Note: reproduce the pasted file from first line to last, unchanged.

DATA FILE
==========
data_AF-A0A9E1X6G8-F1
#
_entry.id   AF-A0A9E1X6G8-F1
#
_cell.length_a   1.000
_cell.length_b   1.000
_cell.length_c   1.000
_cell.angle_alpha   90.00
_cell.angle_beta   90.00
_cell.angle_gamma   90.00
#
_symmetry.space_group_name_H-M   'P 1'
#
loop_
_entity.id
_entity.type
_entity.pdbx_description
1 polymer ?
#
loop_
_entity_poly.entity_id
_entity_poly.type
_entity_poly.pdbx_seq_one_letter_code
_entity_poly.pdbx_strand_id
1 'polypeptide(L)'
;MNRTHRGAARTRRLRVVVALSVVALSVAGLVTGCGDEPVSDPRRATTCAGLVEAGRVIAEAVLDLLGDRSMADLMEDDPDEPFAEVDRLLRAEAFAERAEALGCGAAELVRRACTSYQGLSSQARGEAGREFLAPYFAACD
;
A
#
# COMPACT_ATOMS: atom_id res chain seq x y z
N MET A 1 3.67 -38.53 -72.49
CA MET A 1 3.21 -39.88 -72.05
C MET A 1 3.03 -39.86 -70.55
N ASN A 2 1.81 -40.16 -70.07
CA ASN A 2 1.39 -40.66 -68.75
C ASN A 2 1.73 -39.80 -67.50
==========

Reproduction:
data_AF-A0A9E1X6G8-F1
#
_entry.id   AF-A0A9E1X6G8-F1
#
_cell.length_a   1.000
_cell.length_b   1.000
_cell.length_c   1.000
_cell.angle_alpha   90.00
_cell.angle_beta   90.00
_cell.angle_gamma   90.00
#
_symmetry.space_group_name_H-M   'P 1'
#
loop_
_entity.id
_entity.type
_entity.pdbx_description
1 polymer ?
#
loop_
_entity_poly.entity_id
_entity_poly.type
_entity_poly.pdbx_seq_one_letter_code
_entity_poly.pdbx_strand_id
1 'polypeptide(L)'
;MNRTHRGAARTRRLRVVVALSVVALSVAGLVTGCGDEPVSDPRRATTCAGLVEAGRVIAEAVLDLLGDRSMADLMEDDPDEPFAEVDRLLRAEAFAERAEALGCGAAELVRRACTSYQGLSSQARGEAGREFLAPYFAACD
;
A
#
# COMPACT_ATOMS: atom_id res chain seq x y z
N MET A 1 3.67 -38.53 -72.49
CA MET A 1 3.21 -39.88 -72.05
C MET A 1 3.03 -39.86 -70.55
N ASN A 2 1.81 -40.16 -70.07
CA ASN A 2 1.39 -40.66 -68.75
C ASN A 2 1.73 -39.80 -67.50